This course focuses upon the fundamental statistical tools used in contemporary financial analysis both in academia and in the real world of finance itself. The course will involve both a theoretical development of the techniques as well as empirical applications. The applications will involve computer printouts with an emphasis on the SPSS statistical package and the EViews statistical package. The course will begin with a review and extension for the classical linear regression model, including its development in matrix form. The remainder of the course will then explore modern time-series econometrics, which is especially relevant for finance.
This course is a study of the problems of financing and reporting international operations. The evaluation of risk and funding strategies in international monetary relationships are emphasized.
This course presents an overview of the various primary and secondary research methodologies used in the business world and the application of statistical techniques to those strategies. The focus of this course is the design and execution of a practical, primary research. It is recommended that this course be one of the first three taken in degree programs in which it is required. Background preparation: 3 credit hours in statistics.
This is a survey of the mathematical, probabilistic and statistical tools available for assisting in the operation and management of industrial organizations. Background preparation: 6 credit hours in mathematics and 3 credit hours in statistics, or the equivalent.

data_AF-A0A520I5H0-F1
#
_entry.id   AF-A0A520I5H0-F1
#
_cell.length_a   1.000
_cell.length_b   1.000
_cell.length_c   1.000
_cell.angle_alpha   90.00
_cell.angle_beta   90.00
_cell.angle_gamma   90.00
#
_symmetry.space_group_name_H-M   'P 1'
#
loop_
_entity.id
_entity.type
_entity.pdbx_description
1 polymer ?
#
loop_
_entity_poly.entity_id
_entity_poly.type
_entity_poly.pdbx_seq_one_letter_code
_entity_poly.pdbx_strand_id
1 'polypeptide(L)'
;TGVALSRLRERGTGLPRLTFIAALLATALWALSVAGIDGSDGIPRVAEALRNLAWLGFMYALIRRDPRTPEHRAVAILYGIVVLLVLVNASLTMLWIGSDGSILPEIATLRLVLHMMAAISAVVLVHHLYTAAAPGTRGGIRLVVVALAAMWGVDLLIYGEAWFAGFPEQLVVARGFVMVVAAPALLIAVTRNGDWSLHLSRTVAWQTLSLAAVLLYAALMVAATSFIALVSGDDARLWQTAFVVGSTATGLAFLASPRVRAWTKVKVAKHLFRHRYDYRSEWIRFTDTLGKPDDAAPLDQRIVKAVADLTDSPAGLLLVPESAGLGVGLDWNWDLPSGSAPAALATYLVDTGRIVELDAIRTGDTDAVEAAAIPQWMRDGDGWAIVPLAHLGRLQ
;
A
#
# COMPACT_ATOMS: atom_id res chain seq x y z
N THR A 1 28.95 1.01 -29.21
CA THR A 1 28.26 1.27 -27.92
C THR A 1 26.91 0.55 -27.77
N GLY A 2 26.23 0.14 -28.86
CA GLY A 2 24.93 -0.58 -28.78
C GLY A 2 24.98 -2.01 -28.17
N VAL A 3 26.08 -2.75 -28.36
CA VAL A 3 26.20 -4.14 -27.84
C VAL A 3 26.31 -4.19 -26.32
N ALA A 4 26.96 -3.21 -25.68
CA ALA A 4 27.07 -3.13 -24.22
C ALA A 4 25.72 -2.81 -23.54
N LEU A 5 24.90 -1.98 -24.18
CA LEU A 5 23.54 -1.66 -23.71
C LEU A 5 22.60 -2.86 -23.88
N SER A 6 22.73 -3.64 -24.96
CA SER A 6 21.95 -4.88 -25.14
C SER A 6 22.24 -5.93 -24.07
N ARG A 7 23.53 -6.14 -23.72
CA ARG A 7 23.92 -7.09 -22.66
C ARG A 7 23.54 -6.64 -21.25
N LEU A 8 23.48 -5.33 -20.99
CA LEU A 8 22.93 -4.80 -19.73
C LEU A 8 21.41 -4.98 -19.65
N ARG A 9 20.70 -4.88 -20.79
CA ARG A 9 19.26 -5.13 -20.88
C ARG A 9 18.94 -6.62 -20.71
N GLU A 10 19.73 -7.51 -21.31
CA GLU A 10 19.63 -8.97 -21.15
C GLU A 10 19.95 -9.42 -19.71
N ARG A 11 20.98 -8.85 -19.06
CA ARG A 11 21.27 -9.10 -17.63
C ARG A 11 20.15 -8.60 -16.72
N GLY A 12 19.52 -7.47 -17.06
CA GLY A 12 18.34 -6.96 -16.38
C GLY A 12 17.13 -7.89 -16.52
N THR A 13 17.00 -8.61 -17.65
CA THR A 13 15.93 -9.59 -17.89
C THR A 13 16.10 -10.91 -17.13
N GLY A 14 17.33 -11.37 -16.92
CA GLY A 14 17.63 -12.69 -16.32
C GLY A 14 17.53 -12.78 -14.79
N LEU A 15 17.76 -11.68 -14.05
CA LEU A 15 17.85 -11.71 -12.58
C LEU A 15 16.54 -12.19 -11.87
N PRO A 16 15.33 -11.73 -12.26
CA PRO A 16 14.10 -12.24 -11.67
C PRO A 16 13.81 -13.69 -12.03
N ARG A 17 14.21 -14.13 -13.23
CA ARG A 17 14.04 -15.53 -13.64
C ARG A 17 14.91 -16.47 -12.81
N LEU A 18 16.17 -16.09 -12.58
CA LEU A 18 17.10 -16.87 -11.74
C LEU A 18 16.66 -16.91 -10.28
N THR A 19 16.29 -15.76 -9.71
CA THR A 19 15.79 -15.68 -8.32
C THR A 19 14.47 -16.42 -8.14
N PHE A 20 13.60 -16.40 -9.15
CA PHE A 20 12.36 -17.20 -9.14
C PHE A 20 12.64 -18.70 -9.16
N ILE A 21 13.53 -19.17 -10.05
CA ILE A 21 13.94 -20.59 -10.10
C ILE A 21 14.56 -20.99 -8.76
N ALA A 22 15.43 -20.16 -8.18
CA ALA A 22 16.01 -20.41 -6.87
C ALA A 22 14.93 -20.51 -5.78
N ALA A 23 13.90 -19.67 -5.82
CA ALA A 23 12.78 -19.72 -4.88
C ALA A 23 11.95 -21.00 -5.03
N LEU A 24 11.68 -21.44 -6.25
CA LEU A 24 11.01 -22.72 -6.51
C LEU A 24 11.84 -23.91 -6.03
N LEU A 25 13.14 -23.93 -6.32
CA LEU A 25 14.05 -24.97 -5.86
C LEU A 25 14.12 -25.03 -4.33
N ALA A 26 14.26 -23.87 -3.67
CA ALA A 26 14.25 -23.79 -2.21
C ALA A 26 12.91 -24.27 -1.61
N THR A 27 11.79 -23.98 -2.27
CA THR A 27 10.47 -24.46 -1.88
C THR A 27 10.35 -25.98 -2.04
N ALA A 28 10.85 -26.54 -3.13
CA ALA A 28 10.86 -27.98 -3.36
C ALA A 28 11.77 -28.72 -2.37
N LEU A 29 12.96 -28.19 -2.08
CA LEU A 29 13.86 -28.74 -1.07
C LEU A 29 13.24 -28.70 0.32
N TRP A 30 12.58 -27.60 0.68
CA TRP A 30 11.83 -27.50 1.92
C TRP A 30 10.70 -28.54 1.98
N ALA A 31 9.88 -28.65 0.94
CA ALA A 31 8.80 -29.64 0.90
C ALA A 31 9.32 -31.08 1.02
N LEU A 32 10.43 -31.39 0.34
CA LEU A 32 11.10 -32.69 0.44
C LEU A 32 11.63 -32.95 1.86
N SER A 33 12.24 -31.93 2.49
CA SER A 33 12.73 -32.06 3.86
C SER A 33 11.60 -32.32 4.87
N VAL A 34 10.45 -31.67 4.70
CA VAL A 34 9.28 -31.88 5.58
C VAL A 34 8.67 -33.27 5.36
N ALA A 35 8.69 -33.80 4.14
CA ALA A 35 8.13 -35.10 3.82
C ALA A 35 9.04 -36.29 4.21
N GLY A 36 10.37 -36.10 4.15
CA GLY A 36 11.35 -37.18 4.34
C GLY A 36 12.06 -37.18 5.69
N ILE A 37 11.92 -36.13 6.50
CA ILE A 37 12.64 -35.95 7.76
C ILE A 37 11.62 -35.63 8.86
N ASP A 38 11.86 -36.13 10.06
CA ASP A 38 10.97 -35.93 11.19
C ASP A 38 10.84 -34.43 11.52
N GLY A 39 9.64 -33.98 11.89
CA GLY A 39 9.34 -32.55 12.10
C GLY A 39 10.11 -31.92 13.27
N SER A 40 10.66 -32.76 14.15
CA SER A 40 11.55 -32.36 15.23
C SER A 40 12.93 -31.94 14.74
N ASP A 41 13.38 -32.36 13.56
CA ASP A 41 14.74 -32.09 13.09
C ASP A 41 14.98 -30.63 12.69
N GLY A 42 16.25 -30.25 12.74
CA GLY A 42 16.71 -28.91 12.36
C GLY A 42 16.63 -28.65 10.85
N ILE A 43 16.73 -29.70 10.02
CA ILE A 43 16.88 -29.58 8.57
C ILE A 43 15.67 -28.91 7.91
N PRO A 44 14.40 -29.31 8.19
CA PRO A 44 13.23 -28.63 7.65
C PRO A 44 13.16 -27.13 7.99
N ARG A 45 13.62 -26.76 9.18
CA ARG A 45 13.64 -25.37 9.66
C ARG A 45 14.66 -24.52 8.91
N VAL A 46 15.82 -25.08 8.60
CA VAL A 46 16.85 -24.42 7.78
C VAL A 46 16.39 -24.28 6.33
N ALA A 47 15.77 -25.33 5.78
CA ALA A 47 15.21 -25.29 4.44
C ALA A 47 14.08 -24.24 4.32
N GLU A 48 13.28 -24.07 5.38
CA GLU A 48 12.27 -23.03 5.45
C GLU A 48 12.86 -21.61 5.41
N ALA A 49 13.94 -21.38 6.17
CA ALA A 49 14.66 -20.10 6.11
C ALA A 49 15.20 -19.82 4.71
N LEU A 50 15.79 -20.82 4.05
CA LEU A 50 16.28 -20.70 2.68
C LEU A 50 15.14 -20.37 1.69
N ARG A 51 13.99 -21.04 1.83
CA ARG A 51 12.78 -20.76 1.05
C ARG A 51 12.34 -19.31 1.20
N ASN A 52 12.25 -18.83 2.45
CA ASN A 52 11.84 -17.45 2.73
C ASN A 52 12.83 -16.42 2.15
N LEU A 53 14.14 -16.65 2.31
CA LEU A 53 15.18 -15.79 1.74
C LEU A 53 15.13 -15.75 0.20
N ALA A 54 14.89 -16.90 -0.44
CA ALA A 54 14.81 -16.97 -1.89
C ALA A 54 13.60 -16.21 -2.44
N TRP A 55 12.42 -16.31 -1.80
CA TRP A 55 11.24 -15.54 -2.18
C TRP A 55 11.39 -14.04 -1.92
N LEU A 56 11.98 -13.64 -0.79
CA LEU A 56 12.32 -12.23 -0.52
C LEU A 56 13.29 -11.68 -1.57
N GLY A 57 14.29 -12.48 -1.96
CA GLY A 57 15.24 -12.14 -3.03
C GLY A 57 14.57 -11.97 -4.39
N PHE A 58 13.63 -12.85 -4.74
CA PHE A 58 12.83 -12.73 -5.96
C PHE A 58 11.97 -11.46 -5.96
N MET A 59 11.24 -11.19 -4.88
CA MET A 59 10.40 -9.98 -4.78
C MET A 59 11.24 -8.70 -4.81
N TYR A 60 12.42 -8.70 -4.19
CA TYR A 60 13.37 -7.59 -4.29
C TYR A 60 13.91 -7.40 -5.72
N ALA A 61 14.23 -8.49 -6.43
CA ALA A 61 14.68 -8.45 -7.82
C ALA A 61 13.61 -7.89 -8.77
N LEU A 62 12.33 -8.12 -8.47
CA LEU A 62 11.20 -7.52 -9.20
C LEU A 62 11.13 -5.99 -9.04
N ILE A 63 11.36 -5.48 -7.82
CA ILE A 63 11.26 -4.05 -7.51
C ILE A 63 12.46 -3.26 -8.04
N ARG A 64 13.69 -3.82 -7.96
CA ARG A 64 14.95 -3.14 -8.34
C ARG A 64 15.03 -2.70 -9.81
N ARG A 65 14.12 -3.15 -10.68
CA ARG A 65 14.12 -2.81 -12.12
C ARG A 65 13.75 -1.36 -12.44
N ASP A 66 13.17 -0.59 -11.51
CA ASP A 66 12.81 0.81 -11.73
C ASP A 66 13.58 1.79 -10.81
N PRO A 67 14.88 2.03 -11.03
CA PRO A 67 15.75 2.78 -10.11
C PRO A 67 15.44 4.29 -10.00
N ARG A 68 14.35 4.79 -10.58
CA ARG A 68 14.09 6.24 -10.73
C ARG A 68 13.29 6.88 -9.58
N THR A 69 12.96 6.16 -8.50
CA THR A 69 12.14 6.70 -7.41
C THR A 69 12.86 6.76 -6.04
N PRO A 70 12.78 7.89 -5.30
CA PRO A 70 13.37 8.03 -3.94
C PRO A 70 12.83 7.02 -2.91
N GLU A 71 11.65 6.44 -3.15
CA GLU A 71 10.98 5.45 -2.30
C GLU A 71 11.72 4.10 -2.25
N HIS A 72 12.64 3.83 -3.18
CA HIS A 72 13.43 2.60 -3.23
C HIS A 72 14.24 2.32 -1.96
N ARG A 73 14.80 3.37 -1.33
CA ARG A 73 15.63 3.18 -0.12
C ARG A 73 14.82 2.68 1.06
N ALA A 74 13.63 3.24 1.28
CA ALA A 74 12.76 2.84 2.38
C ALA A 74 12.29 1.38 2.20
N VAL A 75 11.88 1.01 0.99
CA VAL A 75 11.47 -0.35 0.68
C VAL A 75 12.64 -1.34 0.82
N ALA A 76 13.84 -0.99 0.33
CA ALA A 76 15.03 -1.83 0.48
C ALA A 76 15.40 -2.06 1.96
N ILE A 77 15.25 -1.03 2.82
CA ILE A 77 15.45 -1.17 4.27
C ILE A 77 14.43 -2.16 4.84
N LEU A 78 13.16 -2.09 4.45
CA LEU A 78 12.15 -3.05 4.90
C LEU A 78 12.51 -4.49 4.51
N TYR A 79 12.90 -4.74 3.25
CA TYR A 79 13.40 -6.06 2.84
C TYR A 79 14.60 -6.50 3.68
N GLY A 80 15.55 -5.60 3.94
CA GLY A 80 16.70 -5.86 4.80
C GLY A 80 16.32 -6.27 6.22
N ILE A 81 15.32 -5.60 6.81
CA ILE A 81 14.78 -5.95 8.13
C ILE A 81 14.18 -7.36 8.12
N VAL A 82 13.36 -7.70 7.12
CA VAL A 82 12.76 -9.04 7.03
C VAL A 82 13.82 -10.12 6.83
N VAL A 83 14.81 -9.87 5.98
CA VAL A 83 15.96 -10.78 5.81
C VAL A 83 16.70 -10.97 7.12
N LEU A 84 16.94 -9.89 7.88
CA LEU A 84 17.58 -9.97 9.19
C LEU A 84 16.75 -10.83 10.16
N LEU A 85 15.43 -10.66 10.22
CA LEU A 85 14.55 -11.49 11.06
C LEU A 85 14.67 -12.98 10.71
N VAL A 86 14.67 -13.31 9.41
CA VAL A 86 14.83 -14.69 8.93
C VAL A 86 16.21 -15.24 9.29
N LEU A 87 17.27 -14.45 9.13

This is an applied course, which will provide students with the mathematical knowledge and skills that underlie many courses offered in the school of business. Students will learn the fundamental concepts and methods of linear algebra, mathematical functions, differential calculus and statistics and their applications to business. They will also sharpen their quantitative, analytical and problem-solving skills that are so important for success in the world of business today.
This course is intended to provide the student with a concisely focused yet rigorous introduction to both micro- and macroeconomic theory needed at the foundational level of a graduate degree program. Some of the topics to be addressed include: market behavior; demand theory and related elasticity concepts; production and cost theory; managerial decision-making in perfectly competitive and imperfectly competitive markets; GDP determination; unemployment and inflation; and fiscal and monetary policy.
Application Fee ($40), Graduation Fee ($150), Books (course-by-course)